A New Definition for Emphysema

Aaron B. Holley, MD


September 27, 2018

Chronic bronchitis is an established phenotype with a clinical definition, associated outcomes, and targeted treatments.[1] The same cannot be said for emphysema, but a recently published letter[2] attempts to expand what we know about this condition.

The authors of the letter performed a post hoc analysis of data from two large, National Institutes of Health-sponsored observational cohort studies designed to collect data on lung testing, radiology, biomarkers, and clinical outcomes to refine our understanding of chronic obstructive pulmonary disease (COPD) phenotypes. These studies, SPIROMICS (Subpopulations and Intermediate Outcomes in COPD Study)[3] and COPDGene (COPD Genetic Epidemiology),[4] have already added to what we know about COPD outcomes. The authors sought to help create a clinically relevant definition for emphysema.

All patients in both studies had CT performed. For their post hoc analysis, the authors used software to calculate the percentage emphysema for each patient (defined as any area less than -950 Hounsfield units). They ran percentage emphysema against important clinical outcomes.

Across outcomes, 5% emphysema on CT scan was the magic number. That is to say, at greater than 5%, patients had more exacerbations, increases in the St George's Respiratory Questionnaire, and greater mortality. The association was only relevant for patients with an FEV1/FVC < 70% (obstruction by GOLD criteria[5]). For those who were not obstructed, the relationship between percent emphysema and clinical outcomes was not present.[2]

The authors want us to consider using percent emphysema on CT when making treatment decisions for patients with COPD. Of note, they are not advocating that we order CT specifically for this purpose, but rather we use information from CT scans that were obtained for other purposes (eg, lung cancer screening). This seems reasonable, and anecdotally, I would say the majority of my patients with COPD end up undergoing CT for one reason or another.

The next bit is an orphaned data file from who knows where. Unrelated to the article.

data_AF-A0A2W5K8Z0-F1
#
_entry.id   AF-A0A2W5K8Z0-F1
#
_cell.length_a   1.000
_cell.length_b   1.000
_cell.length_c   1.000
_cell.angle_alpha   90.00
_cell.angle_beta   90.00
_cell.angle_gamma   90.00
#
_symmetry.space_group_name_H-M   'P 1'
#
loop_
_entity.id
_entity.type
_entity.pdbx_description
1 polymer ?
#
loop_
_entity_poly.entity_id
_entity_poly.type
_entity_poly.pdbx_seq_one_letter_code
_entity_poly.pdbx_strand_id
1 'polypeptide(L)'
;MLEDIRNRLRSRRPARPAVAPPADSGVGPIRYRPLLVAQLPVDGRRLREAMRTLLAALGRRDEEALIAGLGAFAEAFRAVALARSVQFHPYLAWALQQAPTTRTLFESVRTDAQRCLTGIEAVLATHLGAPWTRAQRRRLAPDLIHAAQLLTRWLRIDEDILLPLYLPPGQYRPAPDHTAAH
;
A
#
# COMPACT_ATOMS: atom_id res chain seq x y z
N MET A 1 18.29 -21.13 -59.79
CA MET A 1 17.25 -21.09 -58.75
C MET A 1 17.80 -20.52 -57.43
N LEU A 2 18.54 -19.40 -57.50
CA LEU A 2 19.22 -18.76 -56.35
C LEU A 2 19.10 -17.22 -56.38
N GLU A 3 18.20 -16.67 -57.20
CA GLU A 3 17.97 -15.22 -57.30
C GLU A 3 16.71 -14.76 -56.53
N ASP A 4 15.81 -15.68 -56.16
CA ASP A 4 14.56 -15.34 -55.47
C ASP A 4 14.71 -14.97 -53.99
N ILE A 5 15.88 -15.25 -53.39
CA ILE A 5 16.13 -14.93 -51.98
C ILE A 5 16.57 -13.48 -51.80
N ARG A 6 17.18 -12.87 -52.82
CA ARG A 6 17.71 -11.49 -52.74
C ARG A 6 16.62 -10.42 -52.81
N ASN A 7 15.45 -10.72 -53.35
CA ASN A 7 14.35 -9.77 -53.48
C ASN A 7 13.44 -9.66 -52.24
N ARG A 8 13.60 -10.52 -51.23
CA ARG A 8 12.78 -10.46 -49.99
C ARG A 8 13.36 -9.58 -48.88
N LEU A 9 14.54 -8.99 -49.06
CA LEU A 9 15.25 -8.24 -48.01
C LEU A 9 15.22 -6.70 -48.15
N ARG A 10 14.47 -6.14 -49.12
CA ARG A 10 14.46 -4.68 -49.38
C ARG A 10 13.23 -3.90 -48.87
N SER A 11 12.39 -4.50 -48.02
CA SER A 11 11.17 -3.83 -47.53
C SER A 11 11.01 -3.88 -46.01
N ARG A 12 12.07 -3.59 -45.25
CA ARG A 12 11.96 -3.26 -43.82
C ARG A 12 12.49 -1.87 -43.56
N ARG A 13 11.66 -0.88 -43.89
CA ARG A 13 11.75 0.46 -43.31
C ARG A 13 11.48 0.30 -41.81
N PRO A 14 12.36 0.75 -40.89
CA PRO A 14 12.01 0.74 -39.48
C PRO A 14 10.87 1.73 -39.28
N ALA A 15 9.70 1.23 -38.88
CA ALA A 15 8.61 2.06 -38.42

The authors also state that the imaging software used to quantify emphysema is readily available. Unfortunately, that has not been my experience. I work at a tertiary, academic medical center with board-certified thoracic radiologists. I am told we have the software, but I have never seen it used, and I would not say that it is readily available.

In summary, SPIROMICS and COPDGene provide excellent opportunities for correlating available testing with clinical outcomes. Starting in medical school, we are taught the importance of identifying emphysema, but a precise definition is not provided. Now we have a threshold, 5%, above which we see an increase in clinically important outcomes (among patients who are obstructed on spirometry).

The next step to establishing relevance is to identify treatment targeted at patients with emphysema by this definition. In addition, if the software required to obtain the percent emphysema measurement is truly "readily available," it would be great to see it used routinely and the findings added to existing reports.

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